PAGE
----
The Biggest To The Most Terrifying Dinosaurs That Roamed Derbyshire
No John Hammond copy-cats here please!
Terrifying, huge, the stuff of nightmares, dinosaurs once roamed across Derbyshire and these massive beasts have certainly left their mark on our imaginations.
This year experts at the University of Southampton discovered four bones they believe belonged to a species related to a Tyrannosaurus rex. Over at the University College of London a newly described fossil preserved in amber has revealed a 99-million-year-old creature described as a hummingbird-size dinosaur, National Geographic reports.
Closer to home, discoveries made in the East Midlands offer an insight into the reality of the dinosaurs and where they lived and died.
Before an extinction that saw three quarters of life on Earth destroyed, millions of dinosaurs made their way across the globe, migrating to new lands - passing through what is now Derbyshire.
There are over 700 species of dinosaurs, that have been formally identified and named.
Take a look at those most local to us:
Most UK dinosaur remains have been recovered from rocks dating back to the Middle Jurassic and Cretaceous periods.
This means that these animals were roaming the country up to 174 million years ago.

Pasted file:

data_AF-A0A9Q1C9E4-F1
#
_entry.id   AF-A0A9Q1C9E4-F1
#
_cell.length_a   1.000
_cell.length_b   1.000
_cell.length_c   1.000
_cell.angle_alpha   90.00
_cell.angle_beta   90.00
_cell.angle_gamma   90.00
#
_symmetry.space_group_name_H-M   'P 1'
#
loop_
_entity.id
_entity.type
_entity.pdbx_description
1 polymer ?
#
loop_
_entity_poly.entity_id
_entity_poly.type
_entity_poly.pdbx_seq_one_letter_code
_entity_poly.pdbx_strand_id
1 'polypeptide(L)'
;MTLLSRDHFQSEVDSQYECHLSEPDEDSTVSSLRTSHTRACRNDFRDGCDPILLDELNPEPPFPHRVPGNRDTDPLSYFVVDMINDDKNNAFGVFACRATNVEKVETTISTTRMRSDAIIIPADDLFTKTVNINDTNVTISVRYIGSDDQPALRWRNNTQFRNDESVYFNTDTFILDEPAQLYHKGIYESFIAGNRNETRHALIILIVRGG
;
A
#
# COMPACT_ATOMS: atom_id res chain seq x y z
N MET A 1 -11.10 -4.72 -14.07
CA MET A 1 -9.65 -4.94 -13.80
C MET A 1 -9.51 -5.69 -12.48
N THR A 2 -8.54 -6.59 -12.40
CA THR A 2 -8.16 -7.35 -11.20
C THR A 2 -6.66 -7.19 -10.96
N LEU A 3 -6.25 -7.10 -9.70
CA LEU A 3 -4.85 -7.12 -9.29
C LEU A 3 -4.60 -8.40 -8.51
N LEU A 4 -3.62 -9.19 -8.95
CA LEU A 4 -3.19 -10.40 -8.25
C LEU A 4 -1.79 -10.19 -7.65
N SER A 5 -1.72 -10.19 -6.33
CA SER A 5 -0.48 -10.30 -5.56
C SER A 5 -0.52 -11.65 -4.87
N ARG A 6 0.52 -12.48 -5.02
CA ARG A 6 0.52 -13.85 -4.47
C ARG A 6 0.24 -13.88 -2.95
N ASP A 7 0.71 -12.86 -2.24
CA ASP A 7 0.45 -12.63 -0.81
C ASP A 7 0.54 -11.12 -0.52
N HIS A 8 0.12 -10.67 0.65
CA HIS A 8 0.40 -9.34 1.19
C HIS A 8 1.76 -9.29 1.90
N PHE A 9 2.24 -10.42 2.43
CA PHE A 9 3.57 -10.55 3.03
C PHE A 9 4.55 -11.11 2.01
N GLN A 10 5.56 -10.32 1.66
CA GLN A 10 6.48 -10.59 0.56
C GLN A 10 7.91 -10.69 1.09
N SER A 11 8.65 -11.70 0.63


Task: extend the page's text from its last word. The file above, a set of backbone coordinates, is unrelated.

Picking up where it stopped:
In the East Midlands many fossils have been discovered in locations nearby, including Derby, Nottingham and Leicester.
This suggests that the area was once home to several different kinds of dinosaur.
Due to the migrating patterns known about dinosaurs - moving across vast areas for mating - these beasts would have crossed the boarders into Northamptonshire, even if they were just passing through.
The biggest ever to walk the earth
Sauropoda, Plateosaurus and Theropoda are among the types of dinosaur that would have roamed this part of the world.
The biggest dinosaur to ever walk the earth, the Brachiosaurus, was a kind of Sauropoda and would have been found around the East Midlands - as shown by remains found close to the town Northampton, just an hour away.
The 'lizard-footed' Sauropods had very long necks, long tails, small heads and four thick legs - the Diplodocus is another well-known type of Sauropod.
The Plateosaurus seems to have been linked to Nottingham, meaning this dinosaur would have made its way through Chesterfield in its search for food and mates.
This creature had the typical body shape of a herbivorous dinosaur which walked on two legs - a small skull, a long and flexible neck, a stocky body, and a long, mobile tail. Its arms were very short, but extremely strong.
Just down the road
Next door in Leicestershire, evidence of Theropods have been found.
The most famous Theropod is the Tyrannosaurus rex. Renowned for their huge size, three-toed limbs and hollow bones, these beasts eventually evolved into birds during the Jurassic period.
Bulky herbivores, Iguanodon, and duck-billed Ornithopods would have been common sights across all of the UK at one time. Most commonly, the enormous herbivores Sauropods have been identified in many locations.
There might not be direct links to Northamptonshire, but with dinosaurs found in very close proximity and new discoveries being made every year, who knows what will be found in the future.